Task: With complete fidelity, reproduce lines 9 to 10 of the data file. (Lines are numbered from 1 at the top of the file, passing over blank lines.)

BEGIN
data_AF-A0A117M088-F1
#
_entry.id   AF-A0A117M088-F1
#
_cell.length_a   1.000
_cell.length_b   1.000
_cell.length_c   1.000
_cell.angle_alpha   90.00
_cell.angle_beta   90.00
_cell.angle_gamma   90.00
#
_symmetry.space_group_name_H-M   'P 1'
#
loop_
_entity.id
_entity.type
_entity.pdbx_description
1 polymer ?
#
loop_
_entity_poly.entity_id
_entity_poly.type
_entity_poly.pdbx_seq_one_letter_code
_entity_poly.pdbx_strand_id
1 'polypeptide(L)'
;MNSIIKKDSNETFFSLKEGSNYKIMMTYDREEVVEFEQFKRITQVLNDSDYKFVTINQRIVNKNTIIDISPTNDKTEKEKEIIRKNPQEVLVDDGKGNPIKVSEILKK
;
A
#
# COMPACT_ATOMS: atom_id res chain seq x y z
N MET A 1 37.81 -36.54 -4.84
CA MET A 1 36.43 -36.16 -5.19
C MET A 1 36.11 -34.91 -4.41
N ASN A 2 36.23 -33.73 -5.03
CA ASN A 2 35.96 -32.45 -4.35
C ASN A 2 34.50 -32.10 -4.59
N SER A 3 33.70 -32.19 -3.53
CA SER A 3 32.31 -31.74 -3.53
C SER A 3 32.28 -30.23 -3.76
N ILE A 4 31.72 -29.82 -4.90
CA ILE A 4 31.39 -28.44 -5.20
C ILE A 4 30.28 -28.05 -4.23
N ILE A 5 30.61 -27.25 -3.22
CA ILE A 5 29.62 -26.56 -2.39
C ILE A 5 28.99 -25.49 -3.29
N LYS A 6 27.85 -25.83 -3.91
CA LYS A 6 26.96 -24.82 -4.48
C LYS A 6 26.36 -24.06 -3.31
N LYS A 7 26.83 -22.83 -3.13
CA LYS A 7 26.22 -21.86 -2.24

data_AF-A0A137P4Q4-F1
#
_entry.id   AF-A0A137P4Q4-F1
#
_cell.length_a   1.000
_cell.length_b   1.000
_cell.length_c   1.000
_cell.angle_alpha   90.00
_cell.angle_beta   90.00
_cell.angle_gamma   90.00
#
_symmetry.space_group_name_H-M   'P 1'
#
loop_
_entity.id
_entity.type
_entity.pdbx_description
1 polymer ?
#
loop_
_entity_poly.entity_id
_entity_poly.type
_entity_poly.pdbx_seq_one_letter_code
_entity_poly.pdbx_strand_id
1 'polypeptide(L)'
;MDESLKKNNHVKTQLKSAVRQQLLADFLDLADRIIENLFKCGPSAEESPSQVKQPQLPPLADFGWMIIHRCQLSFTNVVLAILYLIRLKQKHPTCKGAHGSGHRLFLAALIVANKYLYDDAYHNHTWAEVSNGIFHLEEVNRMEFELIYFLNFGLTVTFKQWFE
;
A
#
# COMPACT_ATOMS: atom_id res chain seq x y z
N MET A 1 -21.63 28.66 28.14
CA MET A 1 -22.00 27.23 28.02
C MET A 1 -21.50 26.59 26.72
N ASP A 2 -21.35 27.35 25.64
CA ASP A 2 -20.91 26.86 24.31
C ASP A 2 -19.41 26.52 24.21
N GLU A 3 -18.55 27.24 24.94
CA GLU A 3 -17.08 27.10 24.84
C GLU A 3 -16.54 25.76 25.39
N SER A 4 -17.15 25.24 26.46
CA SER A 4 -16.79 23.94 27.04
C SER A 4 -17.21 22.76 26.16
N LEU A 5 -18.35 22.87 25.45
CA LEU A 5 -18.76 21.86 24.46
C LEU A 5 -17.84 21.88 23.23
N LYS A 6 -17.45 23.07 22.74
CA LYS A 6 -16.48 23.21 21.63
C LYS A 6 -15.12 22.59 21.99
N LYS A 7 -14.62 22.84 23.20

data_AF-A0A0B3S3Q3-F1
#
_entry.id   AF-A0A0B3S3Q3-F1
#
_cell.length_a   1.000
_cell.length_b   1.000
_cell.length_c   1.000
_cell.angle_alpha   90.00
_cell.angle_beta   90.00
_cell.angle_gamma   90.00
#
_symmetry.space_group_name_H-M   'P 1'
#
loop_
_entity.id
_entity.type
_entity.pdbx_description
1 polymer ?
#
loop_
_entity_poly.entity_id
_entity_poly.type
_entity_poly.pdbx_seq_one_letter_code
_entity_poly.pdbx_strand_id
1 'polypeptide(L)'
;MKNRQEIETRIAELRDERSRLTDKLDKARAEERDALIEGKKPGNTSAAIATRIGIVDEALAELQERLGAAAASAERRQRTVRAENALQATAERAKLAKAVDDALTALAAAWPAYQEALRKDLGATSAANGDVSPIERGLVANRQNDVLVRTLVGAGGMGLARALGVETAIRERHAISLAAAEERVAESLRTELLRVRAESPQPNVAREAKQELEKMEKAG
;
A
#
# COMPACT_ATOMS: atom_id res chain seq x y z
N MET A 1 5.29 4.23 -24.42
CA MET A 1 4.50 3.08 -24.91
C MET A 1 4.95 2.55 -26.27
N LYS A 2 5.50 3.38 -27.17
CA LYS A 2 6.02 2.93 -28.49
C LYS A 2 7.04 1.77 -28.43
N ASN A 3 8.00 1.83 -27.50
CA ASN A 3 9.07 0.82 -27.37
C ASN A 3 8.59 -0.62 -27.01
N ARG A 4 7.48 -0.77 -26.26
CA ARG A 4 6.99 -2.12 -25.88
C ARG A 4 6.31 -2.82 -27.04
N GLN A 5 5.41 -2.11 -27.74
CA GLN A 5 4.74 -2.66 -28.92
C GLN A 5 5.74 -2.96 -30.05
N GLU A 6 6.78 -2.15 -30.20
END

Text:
_cell.angle_beta   90.00
_cell.angle_gamma   90.00